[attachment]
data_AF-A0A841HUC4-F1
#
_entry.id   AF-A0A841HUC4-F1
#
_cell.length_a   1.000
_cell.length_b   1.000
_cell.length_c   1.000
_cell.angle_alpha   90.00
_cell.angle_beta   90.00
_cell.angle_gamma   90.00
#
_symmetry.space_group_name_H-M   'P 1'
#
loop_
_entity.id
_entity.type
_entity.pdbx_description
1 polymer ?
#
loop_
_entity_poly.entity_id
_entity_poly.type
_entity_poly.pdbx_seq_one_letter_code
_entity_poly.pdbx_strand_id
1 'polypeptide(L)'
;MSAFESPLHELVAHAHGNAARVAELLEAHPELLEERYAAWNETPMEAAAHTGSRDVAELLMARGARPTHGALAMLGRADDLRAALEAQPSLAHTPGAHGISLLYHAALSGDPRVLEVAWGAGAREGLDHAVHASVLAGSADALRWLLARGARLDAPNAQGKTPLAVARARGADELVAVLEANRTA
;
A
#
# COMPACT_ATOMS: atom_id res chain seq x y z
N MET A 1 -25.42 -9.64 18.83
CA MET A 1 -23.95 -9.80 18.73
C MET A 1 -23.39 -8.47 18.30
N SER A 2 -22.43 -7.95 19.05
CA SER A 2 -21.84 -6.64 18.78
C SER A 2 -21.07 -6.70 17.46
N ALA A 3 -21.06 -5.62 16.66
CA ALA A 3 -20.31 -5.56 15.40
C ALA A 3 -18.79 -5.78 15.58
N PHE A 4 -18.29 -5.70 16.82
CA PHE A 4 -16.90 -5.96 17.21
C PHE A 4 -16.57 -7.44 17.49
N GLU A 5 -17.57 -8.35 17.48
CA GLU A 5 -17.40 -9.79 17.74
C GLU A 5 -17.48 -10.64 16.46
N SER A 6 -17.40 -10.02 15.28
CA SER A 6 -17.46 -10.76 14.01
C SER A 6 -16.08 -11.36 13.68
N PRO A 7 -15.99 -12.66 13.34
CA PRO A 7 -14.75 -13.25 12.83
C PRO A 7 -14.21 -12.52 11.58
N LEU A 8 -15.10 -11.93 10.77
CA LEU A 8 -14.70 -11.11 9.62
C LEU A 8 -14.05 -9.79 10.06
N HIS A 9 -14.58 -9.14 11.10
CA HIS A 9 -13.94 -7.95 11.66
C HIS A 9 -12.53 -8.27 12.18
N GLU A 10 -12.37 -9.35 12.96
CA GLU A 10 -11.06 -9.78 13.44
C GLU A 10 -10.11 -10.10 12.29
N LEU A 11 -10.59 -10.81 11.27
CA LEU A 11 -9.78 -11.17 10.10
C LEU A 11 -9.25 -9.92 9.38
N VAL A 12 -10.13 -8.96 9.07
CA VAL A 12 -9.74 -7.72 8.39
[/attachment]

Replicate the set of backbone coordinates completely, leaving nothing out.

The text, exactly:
data_AF-A0A841HUC4-F1
#
_entry.id   AF-A0A841HUC4-F1
#
_cell.length_a   1.000
_cell.length_b   1.000
_cell.length_c   1.000
_cell.angle_alpha   90.00
_cell.angle_beta   90.00
_cell.angle_gamma   90.00
#
_symmetry.space_group_name_H-M   'P 1'
#
loop_
_entity.id
_entity.type
_entity.pdbx_description
1 polymer ?
#
loop_
_entity_poly.entity_id
_entity_poly.type
_entity_poly.pdbx_seq_one_letter_code
_entity_poly.pdbx_strand_id
1 'polypeptide(L)'
;MSAFESPLHELVAHAHGNAARVAELLEAHPELLEERYAAWNETPMEAAAHTGSRDVAELLMARGARPTHGALAMLGRADDLRAALEAQPSLAHTPGAHGISLLYHAALSGDPRVLEVAWGAGAREGLDHAVHASVLAGSADALRWLLARGARLDAPNAQGKTPLAVARARGADELVAVLEANRTA
;
A
#
# COMPACT_ATOMS: atom_id res chain seq x y z
N MET A 1 -25.42 -9.64 18.83
CA MET A 1 -23.95 -9.80 18.73
C MET A 1 -23.39 -8.47 18.30
N SER A 2 -22.43 -7.95 19.05
CA SER A 2 -21.84 -6.64 18.78
C SER A 2 -21.07 -6.70 17.46
N ALA A 3 -21.06 -5.62 16.66
CA ALA A 3 -20.31 -5.56 15.40
C ALA A 3 -18.79 -5.78 15.58
N PHE A 4 -18.29 -5.70 16.82
CA PHE A 4 -16.90 -5.96 17.21
C PHE A 4 -16.57 -7.44 17.49
N GLU A 5 -17.57 -8.35 17.48
CA GLU A 5 -17.40 -9.79 17.74
C GLU A 5 -17.48 -10.64 16.46
N SER A 6 -17.40 -10.02 15.28
CA SER A 6 -17.46 -10.76 14.01
C SER A 6 -16.08 -11.36 13.68
N PRO A 7 -15.99 -12.66 13.34
CA PRO A 7 -14.75 -13.25 12.83
C PRO A 7 -14.21 -12.52 11.58
N LEU A 8 -15.10 -11.93 10.77
CA LEU A 8 -14.70 -11.11 9.62
C LEU A 8 -14.05 -9.79 10.06
N HIS A 9 -14.58 -9.14 11.10
CA HIS A 9 -13.94 -7.95 11.66
C HIS A 9 -12.53 -8.27 12.18
N GLU A 10 -12.37 -9.35 12.96
CA GLU A 10 -11.06 -9.78 13.44
C GLU A 10 -10.11 -10.10 12.29
N LEU A 11 -10.59 -10.81 11.27
CA LEU A 11 -9.78 -11.17 10.10
C LEU A 11 -9.25 -9.92 9.38
N VAL A 12 -10.13 -8.96 9.07
CA VAL A 12 -9.74 -7.72 8.39